Though it seems that Roosevelt is warning of a future invasion and occupation of the United States, he is actually demonstrating his opinion about what qualities make a nation deserving of liberty. Liberty, in the eyes of Roosevelt, is not only contingent on how civilized a population is, but also on that population’s strength relative to other nations. Those who believe in unearned freedom or the “consent of the governed,” he argues, are not only “[unwilling] to play the part of men,” but ignorant of the values that this country was founded upon. The fact that the Native Americans were driven from their homes and slaughtered is justified, he implies, because the ideals of liberty are achieved through brute force and domination. In these ideals of conquest that permitted the first “Americans” to settle the land, we can find Roosevelt’s blueprint for the future of America. To permit the uncivilized and “unwesternized” Filipino people self-determination, to waste time with a long term strategy before involving ourselves in global conflicts, and to strive for anything less than total military supremacy, would be to intentionally deprive the United States of the glory that it has rightfully earned.
Fast-forwarding 104 years, we can locate a similar element of historical manipulation in a speech given by George W. Bush to the Philippine Congress. During the address, Bush praises the United States for its contribution to Filipino independence, stating, “Together our soldiers liberated the Philippines from colonial rule. Together, we rescued the islands from invasion and occupation.” There is no reference to the Philippine-American war, the scorched-earth campaigns, the “water cures,” the deportation of Filipino revolutionaries, or the 200,000 civilians murdered in the name of colonial adventurism. It’s a wonderfully convenient bit of amnesia on the part of Bush, a brazen attempt to expunge from the historical record a glaring instance of American imperialism in the 20th century. It’s also indicative of the Bush administration’s whitewashed perspective of the United States, and just how disconnected from reality that perspective really was. When Bush defines the relationship between the US and the Philippines as “rooted in the deepest convictions we hold…that democracy is the only form of government fully compatible with human dignity,” he is electing to ignore the atrocities committed against the Filipino people for the sake of maintaining a starry-eyed vision of his country.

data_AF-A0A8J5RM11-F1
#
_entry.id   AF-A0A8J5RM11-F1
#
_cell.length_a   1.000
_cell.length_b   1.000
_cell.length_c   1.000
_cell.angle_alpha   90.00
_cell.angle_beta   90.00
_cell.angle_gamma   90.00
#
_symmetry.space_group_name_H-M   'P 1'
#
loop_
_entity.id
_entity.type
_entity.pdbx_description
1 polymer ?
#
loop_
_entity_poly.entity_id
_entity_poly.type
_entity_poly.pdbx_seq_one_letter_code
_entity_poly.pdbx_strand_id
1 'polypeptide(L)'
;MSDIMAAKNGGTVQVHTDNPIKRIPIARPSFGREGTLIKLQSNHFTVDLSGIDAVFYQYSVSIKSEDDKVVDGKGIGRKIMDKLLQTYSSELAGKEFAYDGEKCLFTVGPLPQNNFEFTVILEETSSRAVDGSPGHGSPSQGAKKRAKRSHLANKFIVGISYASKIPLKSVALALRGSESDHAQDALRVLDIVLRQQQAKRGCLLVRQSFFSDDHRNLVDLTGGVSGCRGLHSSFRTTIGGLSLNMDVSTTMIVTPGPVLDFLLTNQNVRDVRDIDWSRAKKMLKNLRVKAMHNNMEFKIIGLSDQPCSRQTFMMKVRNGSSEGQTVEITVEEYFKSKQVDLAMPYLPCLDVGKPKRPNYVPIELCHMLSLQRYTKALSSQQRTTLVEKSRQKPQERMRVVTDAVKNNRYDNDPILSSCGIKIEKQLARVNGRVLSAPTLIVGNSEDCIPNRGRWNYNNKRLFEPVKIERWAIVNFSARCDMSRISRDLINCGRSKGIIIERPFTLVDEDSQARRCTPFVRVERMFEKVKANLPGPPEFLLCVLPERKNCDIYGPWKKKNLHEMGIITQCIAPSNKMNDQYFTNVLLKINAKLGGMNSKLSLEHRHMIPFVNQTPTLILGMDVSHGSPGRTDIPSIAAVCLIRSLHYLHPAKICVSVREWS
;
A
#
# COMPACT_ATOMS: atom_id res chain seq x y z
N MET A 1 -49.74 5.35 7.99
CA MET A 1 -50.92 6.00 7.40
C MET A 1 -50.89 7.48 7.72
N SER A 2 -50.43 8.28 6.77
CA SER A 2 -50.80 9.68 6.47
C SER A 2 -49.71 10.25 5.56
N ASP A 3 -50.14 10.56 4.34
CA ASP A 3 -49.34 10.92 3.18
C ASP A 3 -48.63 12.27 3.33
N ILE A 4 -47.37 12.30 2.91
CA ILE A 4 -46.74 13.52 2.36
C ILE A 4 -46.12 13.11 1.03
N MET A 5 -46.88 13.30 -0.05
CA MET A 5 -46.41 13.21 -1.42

Though both Presidents relied on their perspective of American values to guide foreign policy ambitions, there is a stark contrast in the way that Roosevelt and Bush make sense of our nation’s history. Roosevelt chose to embrace our historical ties to occupation and genocide in the hopes of repurposing that ancestral manliness to fuel further expansion. All those opposed, he explained, were overly concerned with “humanitarianism,” and effectively supporting “doctrines [that] condemn your forefathers and mine for ever having settled in these United States.” Roosevelt recognized the uncomfortable fact that America owes its existence to the colonist’s ability to dominate indigenous peoples, and in the pursuit of imperial expansion, he saw no reason to abandon a strategy that has proved effective.
As it is no longer in vogue to acknowledge the facts of past US occupations, Bush elects a path of feigned ignorance, speaking to the Philippine congress as if the colonial origins of our relationship had been erased. Though it would be unfair to say that Bush harbors the same imperial goals as Roosevelt, the motives behind this selective forgetfulness are very much related to an American foreign policy agenda. The speech coincides with the beginning of the Iraq War, a time when it was crucial that Bush and the United States be seen as purely benevolent forces. Bush himself may have believed in this narrative of past morality and restraint, and was perhaps convinced of the need to depose the terrorists and eliminate an imminent global threat posed by Saddam’s weapons of mass destruction. But while this agenda may sound noble, it is rooted in Bush’s false conception of the United States as a blameless liberator. In his refusal to acknowledge that wicked American intentions ever existed, Bush actually spurs the return of our imperialist tendencies.
I don’t mean to say that Bush had intentions of colonizing Iraq, but that he was operating under the presumption that the inherent greatness of the United States obliges us to intervene in foreign conflicts and, in Roosevelt’s words, “advance the cause of civilization.” Indeed, Bush invokes a Roosevelt-esque warning of idleness, stating, “Nations that try to ignore terror…[are] inviting a future of catastrophic violence.” By invading Iraq, we would use our military dominance to conquer both slothfulness and terrorism, and our assured victory would promote the greater good for Americans, Iraqis, and all those who oppose terror.
Never mind the complexities of an ancient sectarian conflict, the unlikelihood of Islamic terrorists seeking cover in the secular state of Iraq, the power vacuum that would surely open after invading a sovereign state in a hostile region, or the fact that the weapons of mass destruction proved altogether imaginary. None of these realities made any difference to President Bush because of his idealized conception of the United States as a beacon of liberation with an unblemished record of altruistic foreign intervention. None of these realities would make any difference to Roosevelt because foreign intervention is simply a precondition for American glory. And though it’s unlikely that the Bull Moose and the Cowboy Diplomat would find common ground in their perception of the American past, they share a strikingly similar vision of a future in which US military ascendency brings domestic growth and global stability.